Roundup Ready soybeans are set to go off patent in Canada this year.

"Roundup Ready soybeans are the first widespread plant biotechnology trait to go off patent so we want to be very transparent and very clear with growers and other seed licensees," says Monsanto spokesperson Trish Jordan. "We're trying to make sure there's as much information as possible available to growers."

She notes there are a number of important dates for producers to keep in mind.

"The first one is August 2011. That is the Roundup Ready soybean trait patent expiry date. Really, it's just the milestone that triggers a bunch of other things that farmers need to be aware of," she says.

Contract obligations to not save seed under the Technology Stewardship Agreement remain in effect for 2012, meaning that in 2012 a farmer may only seed certified Roundup Ready seed. However, there will be no contractual obligations or royalty payment to Monsanto in 2012.

"It's really in the fall of 2012, when he harvests that seed, that the grower will have the first opportunity to make the decision as to whether or not he's going to save some of that seed, because at that point he'll have no obligation to Monsanto," she explains.

Jordan points out farmers can purchase and plant Monsanto's new soybean technology, known as Genuity Roundup Ready 2 Yield soybeans, this spring.

"A number of varieties are available for 2011 planting, in not only the Dekalb varieties, but other seed companies have also licensed the technology," she says. "And obviously, as the technology becomes more readily available, we'll likely see more varieties and more seed companies offering those options in 2012."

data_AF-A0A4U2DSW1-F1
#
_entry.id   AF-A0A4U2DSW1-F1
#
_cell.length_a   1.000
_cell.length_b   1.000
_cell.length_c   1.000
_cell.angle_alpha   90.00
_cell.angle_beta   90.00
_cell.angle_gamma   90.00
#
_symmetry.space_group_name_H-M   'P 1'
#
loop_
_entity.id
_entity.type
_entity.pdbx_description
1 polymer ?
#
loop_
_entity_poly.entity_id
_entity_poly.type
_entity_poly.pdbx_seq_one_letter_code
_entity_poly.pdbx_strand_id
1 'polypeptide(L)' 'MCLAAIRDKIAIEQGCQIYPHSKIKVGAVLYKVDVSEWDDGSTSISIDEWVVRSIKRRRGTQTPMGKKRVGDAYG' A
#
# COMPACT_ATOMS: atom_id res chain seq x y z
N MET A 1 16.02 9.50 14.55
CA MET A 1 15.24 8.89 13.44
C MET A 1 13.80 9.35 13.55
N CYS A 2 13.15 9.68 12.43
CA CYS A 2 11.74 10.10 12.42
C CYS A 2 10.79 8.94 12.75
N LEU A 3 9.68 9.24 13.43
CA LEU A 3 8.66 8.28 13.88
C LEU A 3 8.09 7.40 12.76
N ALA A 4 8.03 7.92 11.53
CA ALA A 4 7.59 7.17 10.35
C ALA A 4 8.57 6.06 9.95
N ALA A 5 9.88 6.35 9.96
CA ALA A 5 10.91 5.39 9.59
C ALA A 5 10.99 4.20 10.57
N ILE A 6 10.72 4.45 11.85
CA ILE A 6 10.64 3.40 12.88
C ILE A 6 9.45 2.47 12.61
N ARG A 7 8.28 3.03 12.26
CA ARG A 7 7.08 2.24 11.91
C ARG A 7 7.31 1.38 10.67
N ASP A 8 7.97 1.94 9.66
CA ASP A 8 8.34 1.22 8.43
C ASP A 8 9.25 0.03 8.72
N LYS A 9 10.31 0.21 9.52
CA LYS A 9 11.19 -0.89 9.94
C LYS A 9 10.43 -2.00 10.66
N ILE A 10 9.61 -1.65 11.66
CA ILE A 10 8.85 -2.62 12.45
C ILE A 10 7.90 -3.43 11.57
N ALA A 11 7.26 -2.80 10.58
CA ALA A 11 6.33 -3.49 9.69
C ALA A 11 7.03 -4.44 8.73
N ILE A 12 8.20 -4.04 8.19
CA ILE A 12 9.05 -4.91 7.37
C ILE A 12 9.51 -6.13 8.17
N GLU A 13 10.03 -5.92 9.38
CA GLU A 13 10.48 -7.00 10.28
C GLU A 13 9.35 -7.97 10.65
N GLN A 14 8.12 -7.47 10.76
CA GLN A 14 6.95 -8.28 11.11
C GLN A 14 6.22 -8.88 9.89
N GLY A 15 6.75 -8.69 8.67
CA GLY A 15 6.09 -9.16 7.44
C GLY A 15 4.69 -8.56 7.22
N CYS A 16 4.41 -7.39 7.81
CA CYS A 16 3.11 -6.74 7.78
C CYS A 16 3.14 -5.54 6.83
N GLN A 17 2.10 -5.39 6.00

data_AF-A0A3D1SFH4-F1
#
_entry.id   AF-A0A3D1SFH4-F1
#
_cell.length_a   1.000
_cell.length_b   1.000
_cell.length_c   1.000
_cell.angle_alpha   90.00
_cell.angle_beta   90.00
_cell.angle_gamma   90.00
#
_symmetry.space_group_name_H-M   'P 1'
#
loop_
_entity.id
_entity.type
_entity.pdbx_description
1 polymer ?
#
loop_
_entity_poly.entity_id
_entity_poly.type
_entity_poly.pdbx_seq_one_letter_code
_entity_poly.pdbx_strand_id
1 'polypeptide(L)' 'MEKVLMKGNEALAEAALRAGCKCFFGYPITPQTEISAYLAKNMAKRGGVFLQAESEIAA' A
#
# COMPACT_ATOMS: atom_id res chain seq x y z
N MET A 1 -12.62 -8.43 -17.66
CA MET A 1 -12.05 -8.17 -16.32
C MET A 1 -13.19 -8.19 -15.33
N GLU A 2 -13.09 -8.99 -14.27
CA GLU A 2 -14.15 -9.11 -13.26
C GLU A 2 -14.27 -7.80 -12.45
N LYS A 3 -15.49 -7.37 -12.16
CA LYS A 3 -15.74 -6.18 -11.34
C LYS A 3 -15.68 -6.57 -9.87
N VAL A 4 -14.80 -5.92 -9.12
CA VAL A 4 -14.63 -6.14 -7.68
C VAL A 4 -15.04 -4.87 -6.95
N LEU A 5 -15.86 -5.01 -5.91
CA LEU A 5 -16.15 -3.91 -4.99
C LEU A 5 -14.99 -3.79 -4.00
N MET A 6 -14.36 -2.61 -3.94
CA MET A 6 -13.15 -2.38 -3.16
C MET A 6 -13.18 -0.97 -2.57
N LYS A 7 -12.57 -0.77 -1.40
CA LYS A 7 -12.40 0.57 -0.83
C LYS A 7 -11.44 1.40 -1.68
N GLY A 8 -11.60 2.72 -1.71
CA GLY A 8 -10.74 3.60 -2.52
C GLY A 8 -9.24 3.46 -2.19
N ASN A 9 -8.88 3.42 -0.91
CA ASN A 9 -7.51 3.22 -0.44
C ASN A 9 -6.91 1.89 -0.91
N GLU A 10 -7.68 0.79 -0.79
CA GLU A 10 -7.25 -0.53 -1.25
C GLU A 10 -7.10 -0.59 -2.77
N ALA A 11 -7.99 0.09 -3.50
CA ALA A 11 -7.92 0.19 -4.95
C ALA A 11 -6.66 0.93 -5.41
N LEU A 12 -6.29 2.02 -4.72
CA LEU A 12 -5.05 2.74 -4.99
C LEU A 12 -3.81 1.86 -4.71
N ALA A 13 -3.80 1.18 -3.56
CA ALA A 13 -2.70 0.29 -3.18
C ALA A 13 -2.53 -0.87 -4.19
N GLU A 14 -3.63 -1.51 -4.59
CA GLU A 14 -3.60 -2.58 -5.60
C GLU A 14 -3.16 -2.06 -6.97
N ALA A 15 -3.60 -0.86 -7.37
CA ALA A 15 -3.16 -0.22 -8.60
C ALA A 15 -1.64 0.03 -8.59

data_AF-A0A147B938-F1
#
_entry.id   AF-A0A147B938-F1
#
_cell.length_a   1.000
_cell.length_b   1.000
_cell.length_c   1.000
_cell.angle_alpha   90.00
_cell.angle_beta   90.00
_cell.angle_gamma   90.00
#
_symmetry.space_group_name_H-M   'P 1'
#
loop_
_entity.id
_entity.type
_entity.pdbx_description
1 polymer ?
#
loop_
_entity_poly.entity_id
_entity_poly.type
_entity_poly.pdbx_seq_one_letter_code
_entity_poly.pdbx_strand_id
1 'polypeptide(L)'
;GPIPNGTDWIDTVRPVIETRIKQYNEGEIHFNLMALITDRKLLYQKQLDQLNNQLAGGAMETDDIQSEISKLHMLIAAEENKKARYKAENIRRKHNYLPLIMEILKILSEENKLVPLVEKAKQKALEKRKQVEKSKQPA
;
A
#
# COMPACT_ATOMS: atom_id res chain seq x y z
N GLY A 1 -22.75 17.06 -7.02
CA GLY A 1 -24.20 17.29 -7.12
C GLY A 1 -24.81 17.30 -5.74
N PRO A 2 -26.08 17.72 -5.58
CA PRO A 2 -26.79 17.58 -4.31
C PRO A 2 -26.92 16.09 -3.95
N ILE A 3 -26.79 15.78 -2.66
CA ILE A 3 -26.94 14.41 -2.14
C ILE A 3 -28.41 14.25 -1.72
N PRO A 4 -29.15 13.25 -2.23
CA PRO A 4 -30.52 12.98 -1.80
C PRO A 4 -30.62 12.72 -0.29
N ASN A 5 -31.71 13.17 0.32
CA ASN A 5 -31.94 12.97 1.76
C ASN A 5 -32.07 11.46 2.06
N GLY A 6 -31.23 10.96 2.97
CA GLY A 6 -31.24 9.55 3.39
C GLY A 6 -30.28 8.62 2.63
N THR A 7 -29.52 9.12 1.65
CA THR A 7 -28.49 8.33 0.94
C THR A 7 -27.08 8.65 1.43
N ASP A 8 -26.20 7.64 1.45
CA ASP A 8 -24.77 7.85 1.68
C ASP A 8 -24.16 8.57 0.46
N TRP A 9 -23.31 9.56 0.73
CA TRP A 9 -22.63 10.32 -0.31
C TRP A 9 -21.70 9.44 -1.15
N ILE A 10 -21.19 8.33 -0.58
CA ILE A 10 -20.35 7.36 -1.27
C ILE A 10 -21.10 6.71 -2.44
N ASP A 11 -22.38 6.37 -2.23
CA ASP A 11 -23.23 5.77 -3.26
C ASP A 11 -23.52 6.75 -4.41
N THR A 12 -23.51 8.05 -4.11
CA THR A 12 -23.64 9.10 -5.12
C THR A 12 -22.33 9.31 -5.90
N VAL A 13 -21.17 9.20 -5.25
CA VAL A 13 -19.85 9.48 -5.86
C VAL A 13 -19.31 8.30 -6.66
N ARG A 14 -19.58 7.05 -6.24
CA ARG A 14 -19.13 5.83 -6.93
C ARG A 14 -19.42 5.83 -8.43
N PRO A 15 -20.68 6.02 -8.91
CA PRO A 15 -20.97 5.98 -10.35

There was widespread testing of RR2 soybeans in Manitoba in 2010.

"They performed very well, roughly a 7 to 11 percent yield advantage," Jordan reports.

Both Roundup Ready and Roundup Ready 2 varieties will be available in coming years.

"We're not precluding any seed companies from continuing to work with Roundup Ready technology and continuing to offer it to growers while we work through this transition. It takes some time to integrate the new technology into various seed companies' germplasm and that sort of thing. So obviously we want to make sure that we have enough suitable varieties in either technology to fill the marketplace," she says.

Roundup Ready soybeans account for more than 60 percent of soybean acres in Canada.

American farmers will be going through a similar transition several years from now. The U.S. patent for the Roundup Ready trait in soybeans expires in 2014.

~ Tuesday, January 11, 2011 ~